Coping Tips and Support for Loved Ones of Addicts

Coping Tips and Support for Loved Ones of Addicts

Seeing someone you love struggling with addiction will change your life. You want to be there and support them in their recovery journey, but maybe they aren’t ready to start the journey. Maybe they have started but the ups and downs have taken a huge toll on you and you’re not sure how to ride the rollercoaster with them. 

Advice for Loved Ones of Addicts 

The best advice for loved ones of addicts is to educate yourself. Learning as much as possible helps you to see the situation from a place of understanding rather than blame. It also gives you more tools to help them as well as yourself in the most difficult times. 


Let’s look at a few things that you don’t want to do, and then we will look at some of the really helpful things you should do. Some of the most natural reactions for loved ones of addicts only make the situation worse.

Don’t Blame Them

Addiction is a disease. The more you understand the disease the less you will blame your loved one for it. This disease changes the brain to where the addict is fighting a monster. Addiction is not a weakness. They need someone who supports them in fighting the monster and doesn’t blame them for the monster. 


It can’t be you against your loved one and the monster. It needs to be you and your loved one against the monster. 

Don’t Ignore the Problem

It can also be tempting to downplay the situation. Accepting the severity of the situation is a challenge. This is someone you love and to think of addiction having a great hold on them is very painful. Parents of addicted loved ones may especially try to downplay as they just don’t want this for their child. 


Ignoring the signs and making excuses is a way to protect yourself, not your loved one. Don’t tell yourself they will just snap out of this when life’s circumstances aren’t so stressful. Addiction is a progressive disease, and the more someone drinks, the worse it gets. This is why it’s so important to see it for what it is and get the necessary help before the monster is even bigger.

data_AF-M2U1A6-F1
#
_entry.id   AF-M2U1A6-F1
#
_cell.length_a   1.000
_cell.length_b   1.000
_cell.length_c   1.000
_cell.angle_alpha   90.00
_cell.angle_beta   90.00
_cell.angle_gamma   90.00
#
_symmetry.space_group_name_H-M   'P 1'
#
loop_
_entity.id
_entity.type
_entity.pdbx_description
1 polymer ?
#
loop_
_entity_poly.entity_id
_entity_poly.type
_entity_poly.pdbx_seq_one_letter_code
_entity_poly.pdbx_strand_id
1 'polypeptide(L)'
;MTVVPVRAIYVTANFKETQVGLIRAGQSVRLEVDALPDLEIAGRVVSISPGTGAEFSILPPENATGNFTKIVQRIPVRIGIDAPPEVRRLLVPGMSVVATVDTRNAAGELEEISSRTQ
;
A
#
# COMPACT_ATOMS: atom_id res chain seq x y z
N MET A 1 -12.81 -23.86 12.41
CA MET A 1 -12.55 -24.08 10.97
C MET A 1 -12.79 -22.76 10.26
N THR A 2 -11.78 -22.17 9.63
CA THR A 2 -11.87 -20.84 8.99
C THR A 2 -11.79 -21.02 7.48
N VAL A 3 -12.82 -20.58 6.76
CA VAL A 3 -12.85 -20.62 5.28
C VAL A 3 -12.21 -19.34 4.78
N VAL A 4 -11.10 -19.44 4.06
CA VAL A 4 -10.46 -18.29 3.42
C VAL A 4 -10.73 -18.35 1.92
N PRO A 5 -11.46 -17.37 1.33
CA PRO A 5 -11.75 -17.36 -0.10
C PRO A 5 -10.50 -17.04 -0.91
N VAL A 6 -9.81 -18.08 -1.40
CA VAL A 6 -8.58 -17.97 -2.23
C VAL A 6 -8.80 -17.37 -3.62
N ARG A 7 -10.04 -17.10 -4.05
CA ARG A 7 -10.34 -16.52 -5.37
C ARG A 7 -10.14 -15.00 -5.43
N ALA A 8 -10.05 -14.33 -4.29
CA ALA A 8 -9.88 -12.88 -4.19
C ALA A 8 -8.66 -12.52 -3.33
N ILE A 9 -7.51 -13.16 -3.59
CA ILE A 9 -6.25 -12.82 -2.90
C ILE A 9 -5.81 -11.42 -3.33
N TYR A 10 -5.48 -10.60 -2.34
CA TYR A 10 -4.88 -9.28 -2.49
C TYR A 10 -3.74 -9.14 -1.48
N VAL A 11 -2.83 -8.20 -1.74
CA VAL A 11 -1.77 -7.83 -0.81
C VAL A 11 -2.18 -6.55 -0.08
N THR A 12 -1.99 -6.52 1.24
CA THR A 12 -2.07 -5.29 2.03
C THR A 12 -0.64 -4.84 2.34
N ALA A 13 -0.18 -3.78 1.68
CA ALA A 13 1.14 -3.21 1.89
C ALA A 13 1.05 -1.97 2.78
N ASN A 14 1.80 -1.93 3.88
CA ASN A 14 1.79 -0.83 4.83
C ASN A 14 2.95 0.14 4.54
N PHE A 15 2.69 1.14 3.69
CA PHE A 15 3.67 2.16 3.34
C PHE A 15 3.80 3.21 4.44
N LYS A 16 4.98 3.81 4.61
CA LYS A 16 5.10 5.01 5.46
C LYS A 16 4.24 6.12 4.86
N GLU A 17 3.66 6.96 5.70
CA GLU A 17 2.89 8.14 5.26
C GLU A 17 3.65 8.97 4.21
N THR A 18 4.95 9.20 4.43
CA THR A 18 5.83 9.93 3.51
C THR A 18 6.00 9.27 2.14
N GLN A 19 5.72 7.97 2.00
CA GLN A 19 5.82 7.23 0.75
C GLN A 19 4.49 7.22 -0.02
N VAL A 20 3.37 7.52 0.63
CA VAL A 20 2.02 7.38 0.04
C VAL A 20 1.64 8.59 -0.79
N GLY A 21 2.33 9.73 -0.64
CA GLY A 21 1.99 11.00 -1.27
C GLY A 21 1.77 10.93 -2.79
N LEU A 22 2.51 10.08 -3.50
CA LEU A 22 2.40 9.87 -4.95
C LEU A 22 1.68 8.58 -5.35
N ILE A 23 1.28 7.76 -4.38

Don’t Try Tough Love

When you feel desperate to help an addict, you might try tough love when they don’t seem to be helping themselves. This may push them away from you, the person from who they need support. Ultimatums or forcing them into treatment programs are not long-term fixes. If they aren’t ready to get sober they will fall back into addiction. 


Finding treatment the right way with all the support they can get will give them their best shot at relapse prevention. Sober recovery is when they will need the most support possible. You don’t want to create a space between you with the tough love that loses their trust in you. 

Don’t Give Up

It’s easy to say, I have done all I can, there is nothing else I can do. This takes away any responsibility you once felt to help your loved one. It’s normal to feel frustrated if things don’t get better or if they get worse. The last thing they need is to think that you don’t believe in them. 


You don’t want them to ever give up, so make sure you never give up either. Keep being the supportive help that they need. You never know when the pieces will fall into place, you just have to make sure that the supportive loved one piece is there for them when they need it. 

Learn As Much As Possible